My friend was not selected at audition, but she is still an outstanding musician. I ate the bag of Cheetos alone in front of the school.
“Soy un bicho raro.”
Nico, for the uninitiated, can you explain the folkloric music of Colombia?
It’s music of oral tradition. There are no European annotations, what is called “theory.” Folkloric music is improvisational and relies on its melodies. Because Colombia has a diverse geography, and cities even are separated by mountains and rivers, the folkloric expression is very variable. The music and the lyrics change, but the content always involves flora and fauna and love, and always exists within the socio-political context of the day.
You sound like a professor.
There has always been an attempt to write this music in a more academic way, to play it in church choirs and such. This is one of the things that excites me, creating music annotations not in a European way but in a way coherent with the tradition. Academic attempts in the past have not been able to capture folk music completely.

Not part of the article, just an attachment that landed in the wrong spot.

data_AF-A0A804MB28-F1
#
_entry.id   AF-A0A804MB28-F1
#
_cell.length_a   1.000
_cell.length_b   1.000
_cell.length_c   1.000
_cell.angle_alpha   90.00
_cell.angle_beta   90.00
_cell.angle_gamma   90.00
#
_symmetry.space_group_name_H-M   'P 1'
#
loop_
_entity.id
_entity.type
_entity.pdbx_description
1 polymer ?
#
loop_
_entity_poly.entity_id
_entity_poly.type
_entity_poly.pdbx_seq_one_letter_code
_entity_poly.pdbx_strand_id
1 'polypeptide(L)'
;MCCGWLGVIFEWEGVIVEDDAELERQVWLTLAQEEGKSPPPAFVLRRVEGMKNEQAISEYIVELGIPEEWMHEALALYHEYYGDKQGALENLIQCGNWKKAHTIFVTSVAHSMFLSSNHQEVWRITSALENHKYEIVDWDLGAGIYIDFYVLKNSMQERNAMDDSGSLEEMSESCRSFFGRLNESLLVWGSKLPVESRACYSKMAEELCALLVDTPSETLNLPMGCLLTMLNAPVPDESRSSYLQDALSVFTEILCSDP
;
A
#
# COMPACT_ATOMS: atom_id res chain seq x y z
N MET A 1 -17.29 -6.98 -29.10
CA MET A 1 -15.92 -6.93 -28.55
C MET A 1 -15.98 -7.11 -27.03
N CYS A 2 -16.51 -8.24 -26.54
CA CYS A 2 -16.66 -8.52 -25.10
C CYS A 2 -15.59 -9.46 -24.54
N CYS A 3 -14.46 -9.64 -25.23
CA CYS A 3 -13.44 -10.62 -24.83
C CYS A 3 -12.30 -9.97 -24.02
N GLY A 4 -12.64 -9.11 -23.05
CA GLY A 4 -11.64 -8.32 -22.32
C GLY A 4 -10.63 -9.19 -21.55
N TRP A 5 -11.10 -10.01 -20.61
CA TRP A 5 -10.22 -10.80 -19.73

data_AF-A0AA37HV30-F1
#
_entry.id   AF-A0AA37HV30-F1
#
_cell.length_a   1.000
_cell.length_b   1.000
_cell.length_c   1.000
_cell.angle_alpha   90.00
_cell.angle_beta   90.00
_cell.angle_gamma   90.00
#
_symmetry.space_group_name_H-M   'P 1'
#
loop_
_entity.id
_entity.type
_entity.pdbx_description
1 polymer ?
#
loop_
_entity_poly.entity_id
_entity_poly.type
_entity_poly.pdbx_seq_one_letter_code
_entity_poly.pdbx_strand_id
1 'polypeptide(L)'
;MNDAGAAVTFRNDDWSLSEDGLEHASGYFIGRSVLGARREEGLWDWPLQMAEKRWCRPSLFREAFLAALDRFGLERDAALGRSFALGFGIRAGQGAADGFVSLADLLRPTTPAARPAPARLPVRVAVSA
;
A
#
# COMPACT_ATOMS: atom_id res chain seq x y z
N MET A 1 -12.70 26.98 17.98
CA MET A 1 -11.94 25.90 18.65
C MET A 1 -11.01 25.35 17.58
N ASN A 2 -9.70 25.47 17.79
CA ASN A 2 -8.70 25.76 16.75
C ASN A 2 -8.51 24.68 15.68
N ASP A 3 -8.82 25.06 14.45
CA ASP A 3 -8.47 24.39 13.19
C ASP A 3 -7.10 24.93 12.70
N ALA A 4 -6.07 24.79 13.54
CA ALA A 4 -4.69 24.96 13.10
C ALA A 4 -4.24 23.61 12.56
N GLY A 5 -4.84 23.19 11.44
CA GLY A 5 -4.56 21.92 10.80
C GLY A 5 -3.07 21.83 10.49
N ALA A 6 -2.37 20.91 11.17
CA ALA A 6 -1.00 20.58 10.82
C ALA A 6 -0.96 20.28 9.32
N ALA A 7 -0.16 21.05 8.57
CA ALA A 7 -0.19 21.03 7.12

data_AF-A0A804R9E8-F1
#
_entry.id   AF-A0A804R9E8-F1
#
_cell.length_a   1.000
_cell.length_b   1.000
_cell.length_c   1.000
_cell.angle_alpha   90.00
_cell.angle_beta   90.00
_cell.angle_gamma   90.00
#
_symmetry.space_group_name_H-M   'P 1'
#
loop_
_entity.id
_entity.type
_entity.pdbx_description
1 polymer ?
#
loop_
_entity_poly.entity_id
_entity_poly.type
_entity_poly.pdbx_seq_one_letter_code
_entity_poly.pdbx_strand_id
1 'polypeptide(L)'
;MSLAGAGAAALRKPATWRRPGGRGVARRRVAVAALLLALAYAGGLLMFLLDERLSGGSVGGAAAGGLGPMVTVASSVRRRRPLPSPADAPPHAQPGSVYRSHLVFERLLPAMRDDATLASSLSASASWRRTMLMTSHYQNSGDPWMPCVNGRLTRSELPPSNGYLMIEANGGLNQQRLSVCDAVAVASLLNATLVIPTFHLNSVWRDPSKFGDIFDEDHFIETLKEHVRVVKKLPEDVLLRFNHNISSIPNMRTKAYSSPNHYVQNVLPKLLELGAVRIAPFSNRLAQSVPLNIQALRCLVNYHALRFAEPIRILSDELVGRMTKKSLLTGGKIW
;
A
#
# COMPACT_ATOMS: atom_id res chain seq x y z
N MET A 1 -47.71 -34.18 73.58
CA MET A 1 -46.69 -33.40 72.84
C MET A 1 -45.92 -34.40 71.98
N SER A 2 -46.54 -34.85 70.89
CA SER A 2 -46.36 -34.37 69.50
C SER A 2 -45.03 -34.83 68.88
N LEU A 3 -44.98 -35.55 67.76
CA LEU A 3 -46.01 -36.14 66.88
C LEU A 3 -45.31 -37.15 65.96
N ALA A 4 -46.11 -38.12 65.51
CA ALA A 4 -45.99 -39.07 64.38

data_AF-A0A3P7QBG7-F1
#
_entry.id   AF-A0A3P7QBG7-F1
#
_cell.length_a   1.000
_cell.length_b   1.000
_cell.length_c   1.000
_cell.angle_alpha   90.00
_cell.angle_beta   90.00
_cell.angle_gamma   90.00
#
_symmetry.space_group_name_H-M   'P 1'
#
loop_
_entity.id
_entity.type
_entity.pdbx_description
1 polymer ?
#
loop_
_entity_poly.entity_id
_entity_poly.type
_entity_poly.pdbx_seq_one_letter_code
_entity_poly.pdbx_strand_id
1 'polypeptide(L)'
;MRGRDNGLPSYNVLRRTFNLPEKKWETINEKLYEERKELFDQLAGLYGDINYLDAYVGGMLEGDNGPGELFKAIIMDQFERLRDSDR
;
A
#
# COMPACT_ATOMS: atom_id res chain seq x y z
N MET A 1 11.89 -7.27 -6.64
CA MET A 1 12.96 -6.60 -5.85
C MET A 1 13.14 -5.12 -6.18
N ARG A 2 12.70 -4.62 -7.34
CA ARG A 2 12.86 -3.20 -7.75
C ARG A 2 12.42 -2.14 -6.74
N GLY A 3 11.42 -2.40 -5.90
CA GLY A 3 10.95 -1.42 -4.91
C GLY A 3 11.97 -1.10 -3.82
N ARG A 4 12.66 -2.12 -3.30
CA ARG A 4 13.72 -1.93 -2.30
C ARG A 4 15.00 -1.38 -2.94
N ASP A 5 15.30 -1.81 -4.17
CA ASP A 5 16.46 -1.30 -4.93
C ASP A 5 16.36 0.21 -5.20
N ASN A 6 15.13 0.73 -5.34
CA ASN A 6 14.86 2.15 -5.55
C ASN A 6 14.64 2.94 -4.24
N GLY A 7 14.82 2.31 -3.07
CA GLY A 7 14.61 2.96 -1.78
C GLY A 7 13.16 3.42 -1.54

Soy un bicho raro—an odd kind of bird. I first learned everything empirically. When there was no harp teacher at the Universidad Distrital, I decided to change my emphasis to classical composition. There I negotiated with professors to let me apply the concepts of classical music to Colombian music, so I began studying theory early. At Berklee I studied improvisation in an academic context. I tried to use my knowledge of classical music, jazz composition, and the rich exposure to other students at Berklee to create Colombian musical phrasing in my EP called Renacer, meaning Reborn. I want to conserve Colombian traditions and mix them with swing and jazz from the United States.
So, creating mezcolanzas de cosas fundamentals is one of your aspirations. The other is to return to Colombia with new projects. What are these?